Thu, 20 Sep 07
The Federal Reserve, America’s central bank, has lowered US interest rates to 4.75%, the first rate cut in 4 years, reports the BBC...
The Federal Reserve (known as the Fed), America’s central bank, has lowered US interest rates to from 5.25 to 4.75%, the first rate cut in 4 years. The move is aimed at restoring confidence in the US housing market and preventing the crisis in the sub-prime segment from impacting on the wider economy, which is already in a state of slowdown. In a statement, the Fed said they needed to take action before the credit crunch caused more damage to the economy, the BBC reports.
The Fed started hiking rates from their historic low of 1% back in June 2004 to cool a US economy that was showing signs of overheating. Since then there have been 17 consecutive rises, peaking at 5.25% where rates have been on hold since mid-2006.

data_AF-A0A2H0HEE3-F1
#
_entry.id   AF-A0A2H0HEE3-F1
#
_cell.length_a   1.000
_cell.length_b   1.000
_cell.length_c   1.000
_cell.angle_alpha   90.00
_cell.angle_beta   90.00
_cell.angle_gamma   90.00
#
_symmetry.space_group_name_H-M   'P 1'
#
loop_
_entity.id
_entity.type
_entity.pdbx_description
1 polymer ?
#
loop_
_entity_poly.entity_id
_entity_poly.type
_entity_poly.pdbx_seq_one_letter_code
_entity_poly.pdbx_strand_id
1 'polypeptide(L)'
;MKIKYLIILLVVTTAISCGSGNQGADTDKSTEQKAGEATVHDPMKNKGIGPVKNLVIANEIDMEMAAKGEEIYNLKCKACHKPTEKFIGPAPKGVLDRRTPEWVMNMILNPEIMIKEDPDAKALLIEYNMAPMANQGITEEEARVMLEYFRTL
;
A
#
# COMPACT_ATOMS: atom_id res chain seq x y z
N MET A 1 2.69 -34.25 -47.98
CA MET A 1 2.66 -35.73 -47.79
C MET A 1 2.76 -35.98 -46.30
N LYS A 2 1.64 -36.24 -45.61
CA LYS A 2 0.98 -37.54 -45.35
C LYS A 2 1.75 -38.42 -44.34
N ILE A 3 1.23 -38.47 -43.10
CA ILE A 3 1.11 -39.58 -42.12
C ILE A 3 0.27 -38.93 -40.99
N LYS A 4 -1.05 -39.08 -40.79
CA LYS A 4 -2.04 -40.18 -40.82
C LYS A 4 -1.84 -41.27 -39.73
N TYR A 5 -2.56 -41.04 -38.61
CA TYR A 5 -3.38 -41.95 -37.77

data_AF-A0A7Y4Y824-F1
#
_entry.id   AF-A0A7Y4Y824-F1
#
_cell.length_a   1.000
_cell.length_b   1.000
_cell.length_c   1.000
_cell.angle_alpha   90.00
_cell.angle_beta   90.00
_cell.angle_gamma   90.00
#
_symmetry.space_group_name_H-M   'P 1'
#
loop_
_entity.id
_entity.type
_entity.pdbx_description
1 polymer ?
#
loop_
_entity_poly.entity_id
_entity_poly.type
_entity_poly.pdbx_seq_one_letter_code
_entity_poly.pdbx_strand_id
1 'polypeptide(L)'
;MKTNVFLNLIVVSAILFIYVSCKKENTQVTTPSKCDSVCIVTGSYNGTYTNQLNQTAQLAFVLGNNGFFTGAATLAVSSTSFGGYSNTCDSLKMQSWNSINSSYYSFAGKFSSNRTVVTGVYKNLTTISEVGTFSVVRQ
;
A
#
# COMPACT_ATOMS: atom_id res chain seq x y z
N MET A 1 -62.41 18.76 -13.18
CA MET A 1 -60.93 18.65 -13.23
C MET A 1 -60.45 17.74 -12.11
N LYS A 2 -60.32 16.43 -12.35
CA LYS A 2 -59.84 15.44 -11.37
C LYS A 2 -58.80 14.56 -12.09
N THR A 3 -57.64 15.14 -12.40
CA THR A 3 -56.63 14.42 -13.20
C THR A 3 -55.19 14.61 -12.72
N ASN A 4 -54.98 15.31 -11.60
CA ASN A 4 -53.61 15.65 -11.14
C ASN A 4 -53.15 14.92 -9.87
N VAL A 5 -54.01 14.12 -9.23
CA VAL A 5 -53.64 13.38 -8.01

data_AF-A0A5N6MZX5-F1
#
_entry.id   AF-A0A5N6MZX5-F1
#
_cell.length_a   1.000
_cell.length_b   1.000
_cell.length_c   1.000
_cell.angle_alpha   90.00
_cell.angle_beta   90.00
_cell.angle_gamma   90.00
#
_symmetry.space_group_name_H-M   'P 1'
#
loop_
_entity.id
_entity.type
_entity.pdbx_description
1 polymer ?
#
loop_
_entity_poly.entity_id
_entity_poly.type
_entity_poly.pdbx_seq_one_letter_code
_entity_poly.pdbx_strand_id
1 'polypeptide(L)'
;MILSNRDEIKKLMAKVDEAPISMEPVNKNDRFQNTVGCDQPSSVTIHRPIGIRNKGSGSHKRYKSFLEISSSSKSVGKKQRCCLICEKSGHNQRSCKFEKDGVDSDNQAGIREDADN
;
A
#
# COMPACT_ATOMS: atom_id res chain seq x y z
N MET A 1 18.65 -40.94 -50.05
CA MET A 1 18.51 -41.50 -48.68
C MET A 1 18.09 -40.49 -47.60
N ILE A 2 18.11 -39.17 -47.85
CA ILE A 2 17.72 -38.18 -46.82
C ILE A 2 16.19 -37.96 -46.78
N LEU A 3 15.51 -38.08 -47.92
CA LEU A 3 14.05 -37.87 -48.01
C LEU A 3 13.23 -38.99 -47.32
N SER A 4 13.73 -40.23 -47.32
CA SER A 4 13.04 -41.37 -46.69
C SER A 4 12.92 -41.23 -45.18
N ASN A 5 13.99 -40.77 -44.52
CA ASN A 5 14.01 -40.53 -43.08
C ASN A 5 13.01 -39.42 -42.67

International ripple effects
Other central banks, including the Bank of England, are expected to follow suit to reassure people panicking over their savings, in the wake of the crisis at Northern Rock. World stock markets soared on the news, with US rising sharply.
Tim Evans, an energy analyst at Citigroup Futures in New York, told the BBC: This confirms that the US economy is fragile and attempts to avoid a full recession by cutting interest rates may or may not be successful, but this shows that the Fed is taking the possibility of a recession seriously.
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